This week, the markets will see a three-way tug of war.
First there'll be the ever-present Europeans. The constant rumors will continue regarding the European Central Bank's readiness to do something big, and we'll also likely see more "austerity yes, austerity no" commentary from the Greeks and the Italians -- and perhaps the Spaniards soon, as well.
Then there is the Congress Joint Select Committee on Deficit Reduction, or the Super Committee. Have you ever sat on a committee? Does anything ever get accomplished in this way? Now consider it's a committee made up of politicians! The only good news is that expectations here are very low.
The third leg of the tug of war is the seasonality of the Thanksgiving week, when markets typically enjoy an upside bias.
While I give the seasonality the least weighting, I can make the case that the market really should bounce in the middle of the week. Please notice I have not said stocks will become oversold. At this point it is still difficult to see when the market might be set up for a short-term oversold bounce, but it appears the setup could arrive next week -- just in time for the beginning of December. Much of that depends on what the market does early this week.
If you are looking for some other shorter-term positives, I would note that there were fewer stocks at new lows on the Nasdaq Friday than there were Thursday. That's also despite a lower low on the Nasdaq. It was the first time all week we saw this reading contract.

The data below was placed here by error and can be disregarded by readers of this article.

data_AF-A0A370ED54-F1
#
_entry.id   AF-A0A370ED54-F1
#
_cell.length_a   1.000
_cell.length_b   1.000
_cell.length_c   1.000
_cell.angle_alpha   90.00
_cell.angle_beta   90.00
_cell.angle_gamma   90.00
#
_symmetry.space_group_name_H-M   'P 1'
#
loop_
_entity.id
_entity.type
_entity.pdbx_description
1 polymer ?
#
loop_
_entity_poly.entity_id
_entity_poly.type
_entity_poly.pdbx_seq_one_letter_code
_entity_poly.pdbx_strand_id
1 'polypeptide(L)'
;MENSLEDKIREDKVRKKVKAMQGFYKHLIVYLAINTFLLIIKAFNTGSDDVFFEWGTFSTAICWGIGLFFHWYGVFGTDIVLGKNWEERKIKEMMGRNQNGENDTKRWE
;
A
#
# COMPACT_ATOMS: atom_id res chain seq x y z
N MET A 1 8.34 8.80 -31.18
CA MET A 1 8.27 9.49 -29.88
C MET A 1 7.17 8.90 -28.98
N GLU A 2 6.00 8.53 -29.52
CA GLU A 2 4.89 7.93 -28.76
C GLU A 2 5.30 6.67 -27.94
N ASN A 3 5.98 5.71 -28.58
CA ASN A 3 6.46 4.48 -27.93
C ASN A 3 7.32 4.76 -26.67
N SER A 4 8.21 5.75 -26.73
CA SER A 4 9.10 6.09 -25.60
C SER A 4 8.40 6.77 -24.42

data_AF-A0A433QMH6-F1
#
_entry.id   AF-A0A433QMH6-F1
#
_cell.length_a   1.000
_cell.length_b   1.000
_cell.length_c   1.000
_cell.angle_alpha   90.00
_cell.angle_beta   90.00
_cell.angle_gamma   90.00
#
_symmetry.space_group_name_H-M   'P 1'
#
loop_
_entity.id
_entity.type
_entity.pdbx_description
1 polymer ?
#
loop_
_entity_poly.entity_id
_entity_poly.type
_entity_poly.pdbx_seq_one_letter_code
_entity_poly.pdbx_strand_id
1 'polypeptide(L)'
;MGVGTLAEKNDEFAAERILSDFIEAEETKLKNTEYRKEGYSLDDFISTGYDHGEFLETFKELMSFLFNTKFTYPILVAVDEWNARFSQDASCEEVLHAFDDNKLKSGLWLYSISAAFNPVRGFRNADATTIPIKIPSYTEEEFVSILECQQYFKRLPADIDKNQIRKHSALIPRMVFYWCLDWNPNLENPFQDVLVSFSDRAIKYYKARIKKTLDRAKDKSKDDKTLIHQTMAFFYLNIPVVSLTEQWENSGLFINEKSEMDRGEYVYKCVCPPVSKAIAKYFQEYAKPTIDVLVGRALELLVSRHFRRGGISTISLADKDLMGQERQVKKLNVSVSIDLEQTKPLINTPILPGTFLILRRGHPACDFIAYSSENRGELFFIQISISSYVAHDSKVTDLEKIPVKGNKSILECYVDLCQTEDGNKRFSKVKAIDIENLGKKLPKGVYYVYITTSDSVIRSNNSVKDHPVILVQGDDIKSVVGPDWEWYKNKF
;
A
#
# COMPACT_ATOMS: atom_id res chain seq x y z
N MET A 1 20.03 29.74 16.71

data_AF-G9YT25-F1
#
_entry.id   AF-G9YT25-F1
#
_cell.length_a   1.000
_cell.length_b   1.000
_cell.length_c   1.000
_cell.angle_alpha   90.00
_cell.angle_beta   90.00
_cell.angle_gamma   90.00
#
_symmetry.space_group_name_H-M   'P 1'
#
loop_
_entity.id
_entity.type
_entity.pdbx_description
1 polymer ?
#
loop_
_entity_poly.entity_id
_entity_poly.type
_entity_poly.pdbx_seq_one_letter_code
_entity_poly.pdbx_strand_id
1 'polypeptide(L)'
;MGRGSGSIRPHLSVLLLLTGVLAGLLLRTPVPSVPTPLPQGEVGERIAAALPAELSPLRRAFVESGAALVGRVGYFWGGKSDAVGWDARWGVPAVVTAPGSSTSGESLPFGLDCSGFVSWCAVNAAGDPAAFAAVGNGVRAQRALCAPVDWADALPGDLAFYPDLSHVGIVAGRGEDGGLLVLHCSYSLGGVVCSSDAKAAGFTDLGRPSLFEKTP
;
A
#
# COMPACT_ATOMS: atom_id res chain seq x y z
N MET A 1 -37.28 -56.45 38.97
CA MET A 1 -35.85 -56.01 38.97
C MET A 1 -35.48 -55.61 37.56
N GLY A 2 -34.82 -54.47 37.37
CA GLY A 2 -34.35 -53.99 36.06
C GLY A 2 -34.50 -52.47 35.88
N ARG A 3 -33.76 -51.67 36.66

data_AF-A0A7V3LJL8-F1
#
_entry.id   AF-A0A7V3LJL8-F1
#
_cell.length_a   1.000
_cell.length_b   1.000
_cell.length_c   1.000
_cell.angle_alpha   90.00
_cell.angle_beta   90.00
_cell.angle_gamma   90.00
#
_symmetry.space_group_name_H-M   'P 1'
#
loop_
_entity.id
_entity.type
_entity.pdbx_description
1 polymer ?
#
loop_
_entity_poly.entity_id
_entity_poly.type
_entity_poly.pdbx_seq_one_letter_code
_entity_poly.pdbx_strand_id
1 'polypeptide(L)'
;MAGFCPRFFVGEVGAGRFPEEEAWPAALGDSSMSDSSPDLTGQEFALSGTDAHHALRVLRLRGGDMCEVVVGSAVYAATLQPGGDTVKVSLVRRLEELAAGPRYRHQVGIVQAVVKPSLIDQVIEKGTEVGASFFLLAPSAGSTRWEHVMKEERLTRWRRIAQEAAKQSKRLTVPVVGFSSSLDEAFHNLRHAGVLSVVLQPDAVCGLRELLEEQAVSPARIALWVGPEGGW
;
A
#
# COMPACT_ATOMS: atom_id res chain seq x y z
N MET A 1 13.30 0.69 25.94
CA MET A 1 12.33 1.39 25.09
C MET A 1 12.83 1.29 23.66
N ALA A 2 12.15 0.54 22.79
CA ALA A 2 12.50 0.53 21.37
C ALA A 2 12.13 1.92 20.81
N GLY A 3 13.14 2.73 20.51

Then there were the banks, which outperformed the broader market Friday. I hate to make a big deal over this, since the rallies in this sector tend to be short-lived -- but, at least for Friday, the selling here dried up. Maybe it was related to U.S. Treasury bonds? Last week I noted the 1.95% area on the 10-year note midweek as support, and thus far it has held above that level, even in the face of a declining stock market. This is a minor change, since almost every other time stocks have come down, bond yields have declined as well.
I would add that sentiment has gotten rather gloomy, but that would be mostly on an anecdotal basis. The options ratios are all over the map. The index put-call ratio sank to a reading under 100%. Since 2010 it has only done this seven other times. In five of those instanes, the market sold off in the proceeding days.
But, just to counter that, the equity put-call ratio surged above 90%, which has been very rare for days when the market hasn't tanked. Typically a reading above 90% is considered bullish.
Most everyone seems to be focused on the 1200-to-1210 support area on the S&P 500. If it breaks early in the week, and we see some panic -- and if there are fewer stocks making new lows -- then I can foresee a Thanksgiving rally. But, with the intermediate-term indicators rolling over, we'd have to consider it just an oversold rally.